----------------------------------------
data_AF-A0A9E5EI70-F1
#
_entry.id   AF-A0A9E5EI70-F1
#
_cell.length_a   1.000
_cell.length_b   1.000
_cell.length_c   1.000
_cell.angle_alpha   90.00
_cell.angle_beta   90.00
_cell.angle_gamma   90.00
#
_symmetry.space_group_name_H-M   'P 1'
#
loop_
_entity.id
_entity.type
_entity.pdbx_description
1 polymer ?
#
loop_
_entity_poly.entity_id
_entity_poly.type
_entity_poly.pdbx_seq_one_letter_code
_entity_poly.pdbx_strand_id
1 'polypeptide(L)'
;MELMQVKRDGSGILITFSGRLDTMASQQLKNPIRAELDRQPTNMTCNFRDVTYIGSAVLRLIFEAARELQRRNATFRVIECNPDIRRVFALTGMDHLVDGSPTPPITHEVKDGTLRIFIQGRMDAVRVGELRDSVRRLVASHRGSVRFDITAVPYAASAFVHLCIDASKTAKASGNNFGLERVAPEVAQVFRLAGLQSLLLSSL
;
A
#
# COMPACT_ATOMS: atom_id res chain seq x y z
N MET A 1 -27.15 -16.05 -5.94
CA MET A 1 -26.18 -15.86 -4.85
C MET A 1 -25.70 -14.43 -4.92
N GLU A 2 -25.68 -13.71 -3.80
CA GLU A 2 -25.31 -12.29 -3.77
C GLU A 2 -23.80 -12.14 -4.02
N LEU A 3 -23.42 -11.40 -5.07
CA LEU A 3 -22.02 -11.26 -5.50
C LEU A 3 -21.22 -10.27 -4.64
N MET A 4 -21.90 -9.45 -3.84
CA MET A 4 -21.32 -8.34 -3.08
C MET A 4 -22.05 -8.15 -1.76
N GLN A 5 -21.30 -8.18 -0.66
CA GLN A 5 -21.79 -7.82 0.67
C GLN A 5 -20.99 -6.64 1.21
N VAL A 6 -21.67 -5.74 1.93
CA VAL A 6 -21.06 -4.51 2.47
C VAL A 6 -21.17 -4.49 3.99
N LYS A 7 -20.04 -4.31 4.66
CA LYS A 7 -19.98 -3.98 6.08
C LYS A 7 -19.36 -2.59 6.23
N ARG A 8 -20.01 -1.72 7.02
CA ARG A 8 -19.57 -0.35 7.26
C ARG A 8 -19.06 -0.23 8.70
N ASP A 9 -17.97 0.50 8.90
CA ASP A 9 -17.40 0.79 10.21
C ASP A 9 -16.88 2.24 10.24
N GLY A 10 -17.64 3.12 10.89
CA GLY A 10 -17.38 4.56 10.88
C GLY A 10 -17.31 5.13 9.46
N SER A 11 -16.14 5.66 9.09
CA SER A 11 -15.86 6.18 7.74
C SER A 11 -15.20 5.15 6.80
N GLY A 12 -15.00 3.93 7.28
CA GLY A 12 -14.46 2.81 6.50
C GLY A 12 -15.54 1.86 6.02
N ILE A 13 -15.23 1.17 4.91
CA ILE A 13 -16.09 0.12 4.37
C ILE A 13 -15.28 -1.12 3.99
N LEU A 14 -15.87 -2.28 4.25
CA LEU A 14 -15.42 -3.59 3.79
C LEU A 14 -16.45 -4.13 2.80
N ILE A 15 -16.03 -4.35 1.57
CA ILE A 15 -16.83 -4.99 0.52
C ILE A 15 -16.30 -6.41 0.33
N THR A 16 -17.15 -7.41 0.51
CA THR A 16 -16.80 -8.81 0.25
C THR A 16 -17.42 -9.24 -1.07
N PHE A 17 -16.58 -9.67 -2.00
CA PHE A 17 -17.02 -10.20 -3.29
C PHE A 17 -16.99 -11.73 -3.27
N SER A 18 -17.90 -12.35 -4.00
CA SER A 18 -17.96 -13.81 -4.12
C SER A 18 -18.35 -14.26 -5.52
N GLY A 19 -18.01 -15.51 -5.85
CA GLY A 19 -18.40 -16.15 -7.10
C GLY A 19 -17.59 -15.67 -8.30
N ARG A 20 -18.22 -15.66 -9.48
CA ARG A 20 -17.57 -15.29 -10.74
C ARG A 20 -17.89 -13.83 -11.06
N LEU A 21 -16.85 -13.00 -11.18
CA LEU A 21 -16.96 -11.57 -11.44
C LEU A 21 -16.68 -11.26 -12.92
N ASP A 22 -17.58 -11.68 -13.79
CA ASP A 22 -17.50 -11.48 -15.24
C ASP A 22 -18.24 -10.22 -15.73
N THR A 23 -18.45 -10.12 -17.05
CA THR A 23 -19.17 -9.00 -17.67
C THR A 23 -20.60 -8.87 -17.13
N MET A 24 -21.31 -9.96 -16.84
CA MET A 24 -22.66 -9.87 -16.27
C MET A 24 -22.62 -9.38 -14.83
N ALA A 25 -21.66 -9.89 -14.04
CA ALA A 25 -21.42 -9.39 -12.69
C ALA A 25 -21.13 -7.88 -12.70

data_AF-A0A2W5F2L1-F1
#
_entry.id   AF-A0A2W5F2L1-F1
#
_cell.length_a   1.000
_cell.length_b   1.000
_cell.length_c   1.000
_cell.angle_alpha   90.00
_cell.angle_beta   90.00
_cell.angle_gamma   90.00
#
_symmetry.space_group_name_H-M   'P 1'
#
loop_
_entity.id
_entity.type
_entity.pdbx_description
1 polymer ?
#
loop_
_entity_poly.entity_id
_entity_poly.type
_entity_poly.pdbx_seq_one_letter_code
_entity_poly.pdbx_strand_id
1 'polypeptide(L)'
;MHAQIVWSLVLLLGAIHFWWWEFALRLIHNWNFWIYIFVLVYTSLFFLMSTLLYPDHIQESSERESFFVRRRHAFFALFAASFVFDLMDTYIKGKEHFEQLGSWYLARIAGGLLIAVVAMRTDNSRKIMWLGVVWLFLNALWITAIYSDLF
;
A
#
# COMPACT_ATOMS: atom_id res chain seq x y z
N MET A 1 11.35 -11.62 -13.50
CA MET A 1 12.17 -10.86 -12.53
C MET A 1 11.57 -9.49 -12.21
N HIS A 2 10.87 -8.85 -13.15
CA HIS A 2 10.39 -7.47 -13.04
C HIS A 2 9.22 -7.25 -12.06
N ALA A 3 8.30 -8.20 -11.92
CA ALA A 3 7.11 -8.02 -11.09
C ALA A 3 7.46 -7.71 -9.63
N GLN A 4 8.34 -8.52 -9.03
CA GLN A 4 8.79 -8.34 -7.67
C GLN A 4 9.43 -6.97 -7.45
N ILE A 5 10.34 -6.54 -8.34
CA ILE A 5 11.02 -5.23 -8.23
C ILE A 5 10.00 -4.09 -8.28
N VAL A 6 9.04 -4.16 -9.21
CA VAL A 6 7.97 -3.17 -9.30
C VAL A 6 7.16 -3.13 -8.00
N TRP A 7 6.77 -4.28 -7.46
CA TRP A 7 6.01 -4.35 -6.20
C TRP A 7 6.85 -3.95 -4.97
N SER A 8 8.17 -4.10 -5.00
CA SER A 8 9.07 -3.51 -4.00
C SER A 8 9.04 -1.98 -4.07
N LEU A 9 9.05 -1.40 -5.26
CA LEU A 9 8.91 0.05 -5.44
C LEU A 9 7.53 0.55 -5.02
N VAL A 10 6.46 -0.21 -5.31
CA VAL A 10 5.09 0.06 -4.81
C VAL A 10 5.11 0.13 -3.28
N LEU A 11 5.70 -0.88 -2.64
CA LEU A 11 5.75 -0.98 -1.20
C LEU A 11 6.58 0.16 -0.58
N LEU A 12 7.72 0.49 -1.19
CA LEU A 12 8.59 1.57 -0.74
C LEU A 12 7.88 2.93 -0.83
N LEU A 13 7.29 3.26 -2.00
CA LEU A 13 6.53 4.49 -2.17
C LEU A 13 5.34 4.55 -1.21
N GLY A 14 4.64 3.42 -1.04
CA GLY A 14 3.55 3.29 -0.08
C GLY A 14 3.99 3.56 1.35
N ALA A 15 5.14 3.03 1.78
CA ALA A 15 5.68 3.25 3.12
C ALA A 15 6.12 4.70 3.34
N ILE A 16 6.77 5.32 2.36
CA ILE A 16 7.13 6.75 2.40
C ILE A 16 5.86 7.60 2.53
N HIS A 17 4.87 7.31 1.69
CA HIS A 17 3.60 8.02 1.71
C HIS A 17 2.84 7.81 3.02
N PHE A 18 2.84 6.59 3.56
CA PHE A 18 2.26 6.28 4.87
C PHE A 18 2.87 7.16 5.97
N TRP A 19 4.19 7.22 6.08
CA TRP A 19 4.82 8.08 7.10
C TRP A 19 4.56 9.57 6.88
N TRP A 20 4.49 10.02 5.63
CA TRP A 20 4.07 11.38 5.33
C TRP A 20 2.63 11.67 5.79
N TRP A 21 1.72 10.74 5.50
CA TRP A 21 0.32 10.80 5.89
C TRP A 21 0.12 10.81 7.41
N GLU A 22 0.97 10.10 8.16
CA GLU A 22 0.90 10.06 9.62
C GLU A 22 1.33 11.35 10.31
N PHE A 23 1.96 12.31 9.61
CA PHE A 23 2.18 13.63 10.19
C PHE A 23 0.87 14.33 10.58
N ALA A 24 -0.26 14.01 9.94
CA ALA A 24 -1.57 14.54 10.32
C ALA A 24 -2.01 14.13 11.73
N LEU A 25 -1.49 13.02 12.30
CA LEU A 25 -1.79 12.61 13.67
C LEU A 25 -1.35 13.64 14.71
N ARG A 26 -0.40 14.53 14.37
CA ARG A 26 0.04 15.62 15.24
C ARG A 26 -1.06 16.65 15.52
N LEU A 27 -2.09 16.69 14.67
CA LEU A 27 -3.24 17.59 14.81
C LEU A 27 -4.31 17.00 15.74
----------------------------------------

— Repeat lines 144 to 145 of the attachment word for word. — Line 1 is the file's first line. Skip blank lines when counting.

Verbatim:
C ALA A 3 7.46 -7.71 -9.63
N GLN A 4 8.34 -8.52 -9.03